This is just so completely, utterly wrong:
Mexico City’s legalization of first trimester abortions—carried out by a legislature, not a court—should serve as an instructive reminder of how things might have been in the United States had the Supreme Court not intervened in 1973. Supporters of the Mexico City legislation say they hope Mexico’s states will follow suit with their own liberal abortion laws. It’s safe to predict that five years from now, despite the Church’s vigorous opposition, that is exactly what will happen.
So here’s a thought experiment: Imagine Roe v. Wade never took place. The United States would be on Mexico’s abortion trajectory, just 40 years earlier. As the National Abortion Federation explains, “[b]etween 1967 and 1973, two-thirds of the states liberalized or repealed their criminal abortion laws.” First and even second trimester abortions would probably have been legal in most U.S. states by 1980.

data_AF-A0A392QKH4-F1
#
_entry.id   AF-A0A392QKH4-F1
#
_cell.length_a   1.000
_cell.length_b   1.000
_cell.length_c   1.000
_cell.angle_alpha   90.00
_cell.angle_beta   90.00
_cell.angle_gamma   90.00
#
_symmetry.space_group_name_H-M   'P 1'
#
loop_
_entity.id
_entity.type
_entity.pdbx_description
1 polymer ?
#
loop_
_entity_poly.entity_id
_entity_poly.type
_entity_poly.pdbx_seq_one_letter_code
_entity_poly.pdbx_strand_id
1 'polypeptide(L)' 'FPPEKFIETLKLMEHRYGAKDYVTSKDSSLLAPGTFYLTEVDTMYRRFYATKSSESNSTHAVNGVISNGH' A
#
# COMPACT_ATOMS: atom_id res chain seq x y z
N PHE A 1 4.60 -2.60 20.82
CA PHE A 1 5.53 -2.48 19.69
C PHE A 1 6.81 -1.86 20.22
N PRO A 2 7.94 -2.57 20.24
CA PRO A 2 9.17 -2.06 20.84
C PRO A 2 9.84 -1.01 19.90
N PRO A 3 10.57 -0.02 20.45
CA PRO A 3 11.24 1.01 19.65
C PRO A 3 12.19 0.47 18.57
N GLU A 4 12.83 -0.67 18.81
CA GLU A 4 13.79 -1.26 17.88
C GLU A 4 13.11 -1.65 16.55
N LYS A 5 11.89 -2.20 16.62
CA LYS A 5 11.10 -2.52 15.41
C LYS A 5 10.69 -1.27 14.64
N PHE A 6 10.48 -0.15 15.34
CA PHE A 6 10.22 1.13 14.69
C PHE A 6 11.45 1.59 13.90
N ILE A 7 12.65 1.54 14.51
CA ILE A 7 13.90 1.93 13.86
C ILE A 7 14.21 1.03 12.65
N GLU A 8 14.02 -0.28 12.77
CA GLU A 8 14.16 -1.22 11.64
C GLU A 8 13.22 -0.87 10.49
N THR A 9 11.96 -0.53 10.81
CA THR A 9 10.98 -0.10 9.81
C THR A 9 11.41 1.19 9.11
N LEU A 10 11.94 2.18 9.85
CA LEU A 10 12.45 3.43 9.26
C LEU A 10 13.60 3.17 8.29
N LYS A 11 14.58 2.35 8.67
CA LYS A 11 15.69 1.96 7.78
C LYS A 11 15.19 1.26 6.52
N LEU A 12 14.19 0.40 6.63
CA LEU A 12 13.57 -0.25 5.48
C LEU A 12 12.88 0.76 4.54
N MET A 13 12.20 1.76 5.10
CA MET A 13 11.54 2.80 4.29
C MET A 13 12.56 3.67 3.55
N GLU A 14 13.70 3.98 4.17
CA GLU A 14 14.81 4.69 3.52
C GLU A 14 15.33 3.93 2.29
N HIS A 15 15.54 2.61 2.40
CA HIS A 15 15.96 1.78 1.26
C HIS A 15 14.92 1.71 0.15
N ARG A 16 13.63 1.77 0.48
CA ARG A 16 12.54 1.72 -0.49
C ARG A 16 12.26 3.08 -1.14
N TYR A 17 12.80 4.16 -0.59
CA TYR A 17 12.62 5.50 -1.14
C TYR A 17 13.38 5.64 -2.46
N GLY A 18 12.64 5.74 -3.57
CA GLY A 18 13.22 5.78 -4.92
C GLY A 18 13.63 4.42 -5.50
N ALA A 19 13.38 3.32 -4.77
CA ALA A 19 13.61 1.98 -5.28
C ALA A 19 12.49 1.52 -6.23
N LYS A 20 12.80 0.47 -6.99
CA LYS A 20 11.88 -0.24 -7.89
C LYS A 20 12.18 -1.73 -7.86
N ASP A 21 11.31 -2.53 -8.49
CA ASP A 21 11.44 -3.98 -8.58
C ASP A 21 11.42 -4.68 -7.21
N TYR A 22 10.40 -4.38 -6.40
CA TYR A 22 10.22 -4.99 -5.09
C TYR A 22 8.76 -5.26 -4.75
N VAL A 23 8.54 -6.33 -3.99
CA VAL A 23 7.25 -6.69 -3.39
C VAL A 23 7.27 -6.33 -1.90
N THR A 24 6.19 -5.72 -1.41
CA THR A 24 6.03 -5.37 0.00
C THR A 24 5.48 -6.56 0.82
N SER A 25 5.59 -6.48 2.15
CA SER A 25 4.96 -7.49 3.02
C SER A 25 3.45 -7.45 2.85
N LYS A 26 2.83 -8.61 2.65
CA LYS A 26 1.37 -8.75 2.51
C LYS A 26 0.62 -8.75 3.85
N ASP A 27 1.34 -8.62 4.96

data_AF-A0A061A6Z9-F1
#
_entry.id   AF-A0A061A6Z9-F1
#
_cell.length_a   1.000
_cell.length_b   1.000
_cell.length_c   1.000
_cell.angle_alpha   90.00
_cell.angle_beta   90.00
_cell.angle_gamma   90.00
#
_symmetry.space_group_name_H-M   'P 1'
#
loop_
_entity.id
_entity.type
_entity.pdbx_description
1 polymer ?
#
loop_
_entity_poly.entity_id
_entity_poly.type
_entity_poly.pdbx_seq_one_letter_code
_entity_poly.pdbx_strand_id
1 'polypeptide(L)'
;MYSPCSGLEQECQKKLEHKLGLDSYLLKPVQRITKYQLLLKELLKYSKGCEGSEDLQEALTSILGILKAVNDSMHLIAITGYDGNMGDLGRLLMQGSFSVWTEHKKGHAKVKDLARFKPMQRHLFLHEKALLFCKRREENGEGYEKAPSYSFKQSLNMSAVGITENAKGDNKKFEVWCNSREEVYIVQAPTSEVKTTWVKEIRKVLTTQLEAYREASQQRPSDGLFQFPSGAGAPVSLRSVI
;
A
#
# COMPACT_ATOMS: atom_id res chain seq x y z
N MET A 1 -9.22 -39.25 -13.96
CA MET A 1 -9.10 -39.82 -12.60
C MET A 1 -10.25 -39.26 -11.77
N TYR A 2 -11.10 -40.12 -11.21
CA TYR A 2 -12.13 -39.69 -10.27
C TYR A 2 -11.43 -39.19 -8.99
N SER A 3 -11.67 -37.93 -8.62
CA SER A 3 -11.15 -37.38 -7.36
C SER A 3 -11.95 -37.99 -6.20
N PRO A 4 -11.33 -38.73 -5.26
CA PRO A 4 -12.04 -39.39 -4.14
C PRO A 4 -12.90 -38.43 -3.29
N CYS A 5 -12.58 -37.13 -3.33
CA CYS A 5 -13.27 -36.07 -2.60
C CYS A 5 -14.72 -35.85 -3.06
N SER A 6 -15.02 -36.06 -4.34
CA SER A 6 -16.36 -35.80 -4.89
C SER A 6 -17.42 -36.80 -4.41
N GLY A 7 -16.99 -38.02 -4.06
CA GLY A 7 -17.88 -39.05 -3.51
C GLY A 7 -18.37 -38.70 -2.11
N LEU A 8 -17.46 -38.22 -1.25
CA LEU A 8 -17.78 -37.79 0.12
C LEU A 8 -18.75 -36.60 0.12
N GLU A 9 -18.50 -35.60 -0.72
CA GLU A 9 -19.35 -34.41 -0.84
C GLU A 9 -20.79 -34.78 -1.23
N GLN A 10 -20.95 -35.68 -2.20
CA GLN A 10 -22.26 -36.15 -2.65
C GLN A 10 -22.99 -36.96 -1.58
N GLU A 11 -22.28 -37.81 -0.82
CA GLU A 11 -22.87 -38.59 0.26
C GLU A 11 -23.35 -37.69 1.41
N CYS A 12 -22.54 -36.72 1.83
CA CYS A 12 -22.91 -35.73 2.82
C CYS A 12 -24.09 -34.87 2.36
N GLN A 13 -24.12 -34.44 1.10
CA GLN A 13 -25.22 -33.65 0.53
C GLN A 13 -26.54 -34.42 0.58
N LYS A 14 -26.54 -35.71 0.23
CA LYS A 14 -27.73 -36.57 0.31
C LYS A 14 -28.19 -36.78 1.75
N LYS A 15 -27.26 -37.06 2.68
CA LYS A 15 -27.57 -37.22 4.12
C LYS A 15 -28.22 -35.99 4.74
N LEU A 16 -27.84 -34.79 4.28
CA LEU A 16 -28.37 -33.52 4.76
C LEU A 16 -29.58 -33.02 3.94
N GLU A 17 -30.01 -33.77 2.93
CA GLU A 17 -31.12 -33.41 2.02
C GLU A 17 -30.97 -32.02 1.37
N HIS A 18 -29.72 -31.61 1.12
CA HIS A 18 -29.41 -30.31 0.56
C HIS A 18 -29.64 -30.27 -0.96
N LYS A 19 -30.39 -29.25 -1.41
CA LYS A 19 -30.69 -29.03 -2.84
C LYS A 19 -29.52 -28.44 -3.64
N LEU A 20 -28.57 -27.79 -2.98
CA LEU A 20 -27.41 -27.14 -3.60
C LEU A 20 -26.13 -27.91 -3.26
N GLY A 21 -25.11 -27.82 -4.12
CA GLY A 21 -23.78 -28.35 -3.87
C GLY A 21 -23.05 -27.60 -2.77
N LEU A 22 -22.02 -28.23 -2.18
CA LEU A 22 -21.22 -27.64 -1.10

Just what did Roe accomplish, then? Well, by circumventing what would have been a gradual and temperate evolution of abortion policy, buttressed by democratic consensus, the decision begot a politicized Christianity, the Right’s fixation with social issues at the expense of policy, and decades of public acrimony. Your mileage may vary, but I think it’s a shame that Mexico’s example came too late.
I would go on a lengthy tirade about how totally wrongheaded this is (“Ladies, would you mind forgetting about your rights for a decade or more so that we can avoid acrimony? I mean, don’t you hate acrimony?”) but instead I’ll let vintage Scott Lemieux do it for me.